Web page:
The meetings are time-consuming and rarely reimbursable, but they are central to his care philosophy.
"I feel very strongly that patients are not coming in just to get medications," Albani says. "They want to know what's wrong with them. They want to know how they can make it better. We're here to educate and to walk people through some very difficult times in their lives. It's a very big privilege."
Albani finds time to enjoy his environment with his wife, Karen.
Although he has years of family meetings under his belt, the importance of these meetings was driven home when Albani diagnosed his own son, then 20 years old, with T-cell lymphoblastic lymphoma.
"It turns your whole world upside down," Albani says. It was hard to explain what was happening to his oldest son who was sick, his other children, his wife and his own parents. "Everything I told my patients, it came into play. I felt like I was on target with what I was telling patients," he says.
More than ever, Albani appreciated the simple things people did to lift his spirits, including by providing encouraging words, cards and shoulders to lean on. "I never understood just how much that would touch you when things were rock-bottom," he says.
Today his son is in remission and doing well. "As horrifying as it was, you learn from it. This helped me understand the impact I can have."
Albani's impact stretches across his community. In addition to his private practice, Albani helped start the Midlothian Free Health Clinic and serves as its medical director. The clinic, which opened in 2008, is run by volunteers who see patients two Thursday evenings each month.
"Youngstown has been hit disproportionately hard with unemployment. There's been a very strong need for this," says Albani. Clinic physicians and volunteer specialists have been able to treat those with complicated medical conditions, such as cancer and heart disease, "There have been a number of lives saved, not because we do anything magical or special, but just because we're there," he says.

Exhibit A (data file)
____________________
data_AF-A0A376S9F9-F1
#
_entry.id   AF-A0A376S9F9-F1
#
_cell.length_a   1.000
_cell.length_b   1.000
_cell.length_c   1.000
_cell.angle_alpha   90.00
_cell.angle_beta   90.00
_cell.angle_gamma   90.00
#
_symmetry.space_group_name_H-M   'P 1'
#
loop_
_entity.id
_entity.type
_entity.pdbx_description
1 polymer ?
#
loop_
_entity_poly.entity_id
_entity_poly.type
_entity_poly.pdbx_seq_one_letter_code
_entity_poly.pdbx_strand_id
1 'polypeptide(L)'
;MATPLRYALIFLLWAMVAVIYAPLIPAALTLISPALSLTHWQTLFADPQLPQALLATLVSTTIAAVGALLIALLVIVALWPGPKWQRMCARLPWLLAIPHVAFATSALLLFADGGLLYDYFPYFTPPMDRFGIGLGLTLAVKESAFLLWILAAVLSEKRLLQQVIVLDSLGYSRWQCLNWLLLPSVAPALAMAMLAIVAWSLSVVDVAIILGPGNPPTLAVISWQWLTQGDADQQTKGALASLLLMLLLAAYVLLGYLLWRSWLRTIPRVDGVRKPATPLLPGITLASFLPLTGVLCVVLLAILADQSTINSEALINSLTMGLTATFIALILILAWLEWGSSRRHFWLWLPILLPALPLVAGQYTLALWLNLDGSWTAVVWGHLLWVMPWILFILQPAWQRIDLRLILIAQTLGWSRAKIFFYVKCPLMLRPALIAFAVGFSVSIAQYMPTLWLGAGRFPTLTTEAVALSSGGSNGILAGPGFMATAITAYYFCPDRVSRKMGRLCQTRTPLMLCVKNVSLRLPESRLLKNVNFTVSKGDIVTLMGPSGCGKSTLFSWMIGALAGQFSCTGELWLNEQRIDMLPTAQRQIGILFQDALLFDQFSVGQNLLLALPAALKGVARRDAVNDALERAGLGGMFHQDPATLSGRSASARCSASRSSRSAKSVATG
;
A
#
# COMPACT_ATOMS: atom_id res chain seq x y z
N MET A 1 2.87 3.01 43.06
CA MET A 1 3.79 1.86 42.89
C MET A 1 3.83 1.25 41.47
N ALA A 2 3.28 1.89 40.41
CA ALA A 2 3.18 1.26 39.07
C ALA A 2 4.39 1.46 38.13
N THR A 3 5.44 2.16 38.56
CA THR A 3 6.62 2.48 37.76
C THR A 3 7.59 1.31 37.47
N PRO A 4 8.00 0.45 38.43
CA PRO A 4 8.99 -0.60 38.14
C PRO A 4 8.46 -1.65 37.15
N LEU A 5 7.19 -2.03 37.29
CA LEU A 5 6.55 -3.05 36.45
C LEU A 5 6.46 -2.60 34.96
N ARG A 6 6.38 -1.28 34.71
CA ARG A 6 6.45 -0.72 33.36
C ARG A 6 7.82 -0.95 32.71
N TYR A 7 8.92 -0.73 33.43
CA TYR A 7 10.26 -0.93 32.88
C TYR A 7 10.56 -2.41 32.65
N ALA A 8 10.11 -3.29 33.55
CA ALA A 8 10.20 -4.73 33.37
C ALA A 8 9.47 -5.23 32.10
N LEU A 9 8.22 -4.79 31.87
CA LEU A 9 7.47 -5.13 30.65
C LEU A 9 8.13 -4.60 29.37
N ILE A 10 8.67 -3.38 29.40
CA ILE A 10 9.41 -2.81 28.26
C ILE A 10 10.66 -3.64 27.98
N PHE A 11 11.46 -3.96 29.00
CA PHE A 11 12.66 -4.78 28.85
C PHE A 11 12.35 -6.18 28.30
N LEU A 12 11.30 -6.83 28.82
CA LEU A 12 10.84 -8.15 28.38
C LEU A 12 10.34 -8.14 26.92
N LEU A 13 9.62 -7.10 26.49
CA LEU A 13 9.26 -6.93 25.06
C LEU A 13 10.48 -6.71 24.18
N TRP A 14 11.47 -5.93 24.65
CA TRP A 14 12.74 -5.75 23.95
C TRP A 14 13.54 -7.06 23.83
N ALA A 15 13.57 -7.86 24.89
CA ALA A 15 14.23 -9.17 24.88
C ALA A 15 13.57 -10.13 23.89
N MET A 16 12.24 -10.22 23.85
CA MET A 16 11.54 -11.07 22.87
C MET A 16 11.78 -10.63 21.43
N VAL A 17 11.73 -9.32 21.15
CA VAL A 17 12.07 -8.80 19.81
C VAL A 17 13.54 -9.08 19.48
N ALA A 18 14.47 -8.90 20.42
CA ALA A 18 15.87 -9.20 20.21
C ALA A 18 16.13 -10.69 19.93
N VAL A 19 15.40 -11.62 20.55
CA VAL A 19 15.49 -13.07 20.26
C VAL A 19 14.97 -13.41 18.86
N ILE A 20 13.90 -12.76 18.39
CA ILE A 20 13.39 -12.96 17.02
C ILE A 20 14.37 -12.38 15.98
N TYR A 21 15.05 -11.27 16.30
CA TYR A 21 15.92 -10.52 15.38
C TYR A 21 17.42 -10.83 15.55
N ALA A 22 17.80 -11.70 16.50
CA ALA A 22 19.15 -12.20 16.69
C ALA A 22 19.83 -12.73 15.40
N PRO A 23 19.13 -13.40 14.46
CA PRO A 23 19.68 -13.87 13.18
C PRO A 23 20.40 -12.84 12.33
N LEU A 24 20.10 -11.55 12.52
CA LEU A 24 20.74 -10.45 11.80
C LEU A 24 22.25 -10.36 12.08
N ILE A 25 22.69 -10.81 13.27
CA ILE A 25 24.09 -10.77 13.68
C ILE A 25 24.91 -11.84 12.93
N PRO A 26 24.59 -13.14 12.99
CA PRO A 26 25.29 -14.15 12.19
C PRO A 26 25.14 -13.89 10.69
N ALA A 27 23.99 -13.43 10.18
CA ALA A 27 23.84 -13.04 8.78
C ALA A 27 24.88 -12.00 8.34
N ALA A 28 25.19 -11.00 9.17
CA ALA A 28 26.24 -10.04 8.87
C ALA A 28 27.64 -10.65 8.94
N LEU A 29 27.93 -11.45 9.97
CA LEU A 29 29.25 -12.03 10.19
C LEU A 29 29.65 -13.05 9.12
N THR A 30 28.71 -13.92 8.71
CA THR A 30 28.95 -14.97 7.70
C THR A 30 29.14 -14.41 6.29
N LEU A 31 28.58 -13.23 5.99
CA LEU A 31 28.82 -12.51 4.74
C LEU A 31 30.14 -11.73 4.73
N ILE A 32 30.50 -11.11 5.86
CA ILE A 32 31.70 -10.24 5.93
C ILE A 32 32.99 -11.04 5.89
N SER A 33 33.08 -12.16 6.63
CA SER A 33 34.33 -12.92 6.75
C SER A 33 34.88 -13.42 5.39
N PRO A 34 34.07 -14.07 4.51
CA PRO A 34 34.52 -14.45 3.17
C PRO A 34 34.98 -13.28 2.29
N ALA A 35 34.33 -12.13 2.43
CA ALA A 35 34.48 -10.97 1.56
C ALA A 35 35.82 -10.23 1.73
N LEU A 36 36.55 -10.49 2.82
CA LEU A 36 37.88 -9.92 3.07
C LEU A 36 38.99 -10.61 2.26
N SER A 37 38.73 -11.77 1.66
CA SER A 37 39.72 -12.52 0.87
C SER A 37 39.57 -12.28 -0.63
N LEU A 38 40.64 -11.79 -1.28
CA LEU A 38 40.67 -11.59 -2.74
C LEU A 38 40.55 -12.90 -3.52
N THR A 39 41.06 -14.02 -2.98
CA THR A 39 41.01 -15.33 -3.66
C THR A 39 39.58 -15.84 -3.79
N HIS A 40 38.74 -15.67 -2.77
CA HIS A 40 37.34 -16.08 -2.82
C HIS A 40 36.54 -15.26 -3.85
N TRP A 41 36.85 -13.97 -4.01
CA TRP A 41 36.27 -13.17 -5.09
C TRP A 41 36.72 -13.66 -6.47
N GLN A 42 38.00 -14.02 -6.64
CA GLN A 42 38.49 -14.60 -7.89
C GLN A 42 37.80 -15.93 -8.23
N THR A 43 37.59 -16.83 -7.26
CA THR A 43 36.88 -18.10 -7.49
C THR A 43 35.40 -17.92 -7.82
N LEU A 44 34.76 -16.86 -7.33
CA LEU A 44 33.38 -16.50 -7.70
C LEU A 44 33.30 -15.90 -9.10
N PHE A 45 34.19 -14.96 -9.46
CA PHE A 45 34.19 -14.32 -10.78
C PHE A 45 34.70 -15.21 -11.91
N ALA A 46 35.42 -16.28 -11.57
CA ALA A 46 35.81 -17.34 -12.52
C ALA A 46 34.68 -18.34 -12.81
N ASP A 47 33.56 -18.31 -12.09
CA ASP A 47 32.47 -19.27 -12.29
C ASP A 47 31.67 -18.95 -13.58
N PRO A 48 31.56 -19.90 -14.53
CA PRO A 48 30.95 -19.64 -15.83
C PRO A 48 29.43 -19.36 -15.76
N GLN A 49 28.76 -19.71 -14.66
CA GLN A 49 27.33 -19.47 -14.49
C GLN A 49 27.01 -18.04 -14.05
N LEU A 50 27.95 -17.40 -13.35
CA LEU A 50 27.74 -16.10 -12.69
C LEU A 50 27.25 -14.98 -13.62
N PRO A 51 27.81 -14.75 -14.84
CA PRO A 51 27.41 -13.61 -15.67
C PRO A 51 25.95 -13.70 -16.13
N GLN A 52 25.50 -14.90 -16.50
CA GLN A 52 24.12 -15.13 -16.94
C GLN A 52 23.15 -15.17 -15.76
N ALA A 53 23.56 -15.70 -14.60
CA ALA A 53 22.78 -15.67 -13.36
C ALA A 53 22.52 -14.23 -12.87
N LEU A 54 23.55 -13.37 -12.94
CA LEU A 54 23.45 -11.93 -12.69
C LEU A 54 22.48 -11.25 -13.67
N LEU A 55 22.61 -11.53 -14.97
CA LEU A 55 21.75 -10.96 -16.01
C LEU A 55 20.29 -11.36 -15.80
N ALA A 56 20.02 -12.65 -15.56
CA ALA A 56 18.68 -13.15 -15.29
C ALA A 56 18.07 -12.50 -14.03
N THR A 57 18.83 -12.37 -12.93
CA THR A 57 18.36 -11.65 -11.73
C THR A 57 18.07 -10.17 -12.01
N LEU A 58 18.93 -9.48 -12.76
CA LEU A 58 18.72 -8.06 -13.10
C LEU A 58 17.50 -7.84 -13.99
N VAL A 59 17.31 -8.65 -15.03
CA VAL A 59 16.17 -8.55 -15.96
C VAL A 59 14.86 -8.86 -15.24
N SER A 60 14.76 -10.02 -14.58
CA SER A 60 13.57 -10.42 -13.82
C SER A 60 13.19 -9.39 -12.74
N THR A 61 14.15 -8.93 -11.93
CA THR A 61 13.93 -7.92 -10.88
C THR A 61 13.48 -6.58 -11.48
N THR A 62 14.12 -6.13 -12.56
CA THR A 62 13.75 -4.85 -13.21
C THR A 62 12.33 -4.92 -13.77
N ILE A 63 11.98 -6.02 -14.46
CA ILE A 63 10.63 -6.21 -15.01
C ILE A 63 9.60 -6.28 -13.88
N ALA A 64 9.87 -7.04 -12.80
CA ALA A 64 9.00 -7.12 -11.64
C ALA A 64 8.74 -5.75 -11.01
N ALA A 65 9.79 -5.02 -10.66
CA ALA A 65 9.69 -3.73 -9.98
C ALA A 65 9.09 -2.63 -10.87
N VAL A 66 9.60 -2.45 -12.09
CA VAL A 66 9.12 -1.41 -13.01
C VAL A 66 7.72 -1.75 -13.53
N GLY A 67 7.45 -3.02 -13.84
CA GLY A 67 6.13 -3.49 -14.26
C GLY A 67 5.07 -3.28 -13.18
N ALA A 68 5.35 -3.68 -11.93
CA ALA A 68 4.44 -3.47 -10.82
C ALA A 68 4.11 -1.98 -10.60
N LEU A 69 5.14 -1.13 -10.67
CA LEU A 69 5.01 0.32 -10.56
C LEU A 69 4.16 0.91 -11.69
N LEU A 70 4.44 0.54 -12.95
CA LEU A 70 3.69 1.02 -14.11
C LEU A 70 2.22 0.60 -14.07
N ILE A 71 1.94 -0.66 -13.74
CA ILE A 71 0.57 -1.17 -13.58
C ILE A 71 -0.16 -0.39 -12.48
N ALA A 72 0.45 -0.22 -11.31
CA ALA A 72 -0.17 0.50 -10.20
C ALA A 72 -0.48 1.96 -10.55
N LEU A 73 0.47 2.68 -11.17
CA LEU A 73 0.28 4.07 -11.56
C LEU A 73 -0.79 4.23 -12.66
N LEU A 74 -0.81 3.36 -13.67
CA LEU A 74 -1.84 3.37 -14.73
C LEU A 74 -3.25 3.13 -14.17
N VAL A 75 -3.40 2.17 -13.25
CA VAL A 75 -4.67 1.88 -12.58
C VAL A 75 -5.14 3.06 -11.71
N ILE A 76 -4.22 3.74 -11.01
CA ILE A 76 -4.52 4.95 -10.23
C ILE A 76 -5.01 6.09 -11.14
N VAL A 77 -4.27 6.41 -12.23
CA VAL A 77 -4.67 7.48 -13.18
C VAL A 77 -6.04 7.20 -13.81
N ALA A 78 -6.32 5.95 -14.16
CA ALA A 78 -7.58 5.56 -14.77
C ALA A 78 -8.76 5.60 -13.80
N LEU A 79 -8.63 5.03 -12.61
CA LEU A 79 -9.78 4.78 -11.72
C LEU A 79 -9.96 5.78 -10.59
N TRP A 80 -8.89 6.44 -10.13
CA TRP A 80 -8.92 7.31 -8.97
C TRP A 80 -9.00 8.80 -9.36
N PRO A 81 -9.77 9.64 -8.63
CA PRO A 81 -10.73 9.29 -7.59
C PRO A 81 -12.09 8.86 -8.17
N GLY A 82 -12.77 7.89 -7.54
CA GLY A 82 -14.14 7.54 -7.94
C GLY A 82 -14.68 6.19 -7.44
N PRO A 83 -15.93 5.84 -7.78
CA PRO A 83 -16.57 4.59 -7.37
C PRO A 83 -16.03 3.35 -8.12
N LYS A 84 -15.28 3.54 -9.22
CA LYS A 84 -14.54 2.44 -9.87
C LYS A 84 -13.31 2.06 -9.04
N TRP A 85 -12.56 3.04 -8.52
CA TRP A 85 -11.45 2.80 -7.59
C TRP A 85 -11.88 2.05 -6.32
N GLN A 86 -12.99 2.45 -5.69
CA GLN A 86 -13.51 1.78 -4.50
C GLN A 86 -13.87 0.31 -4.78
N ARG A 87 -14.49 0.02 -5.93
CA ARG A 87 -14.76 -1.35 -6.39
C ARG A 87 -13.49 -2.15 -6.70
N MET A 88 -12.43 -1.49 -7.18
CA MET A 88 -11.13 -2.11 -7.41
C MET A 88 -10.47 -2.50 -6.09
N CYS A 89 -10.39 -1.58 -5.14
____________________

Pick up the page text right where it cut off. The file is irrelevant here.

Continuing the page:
Because the demand for care has been so great, Albani helped launch a new assistance program called Access Health Mahoning Valley, a network of providers who treat those who are uninsured or underinsured.
As a member of the board of directors, Albani recruits fellow physicians to volunteer for Access Health, says Amanda Mesmer, executive director of the organization. To recruit physicians, he has invited Mesmer to speak at the Mahoning Valley Medical Society, where he is president. He also sees Access Health patients at the free clinic when space allows.
"He's a really good role model," Mesmer says. "I say all the time that I wish I could just clone him."
Albani's work doesn't stop with patients. He's also committed to training the next generation of family physicians. He's a faculty member at Northeast Ohio Medical University and a volunteer faculty member at St. Elizabeth Hospital Family Medicine Residency.
Although he teaches the fundamentals of family medicine, he's also hoping his students walk away with the right priorities, including lifting up other people. Health care has seen a lot of changes -- increased red tape and government and insurance company involvement, says Albani. "If you focus on the patient and forget all that other stuff, you'll find yourself very, very happy practicing medicine. Your patients will be better off, too."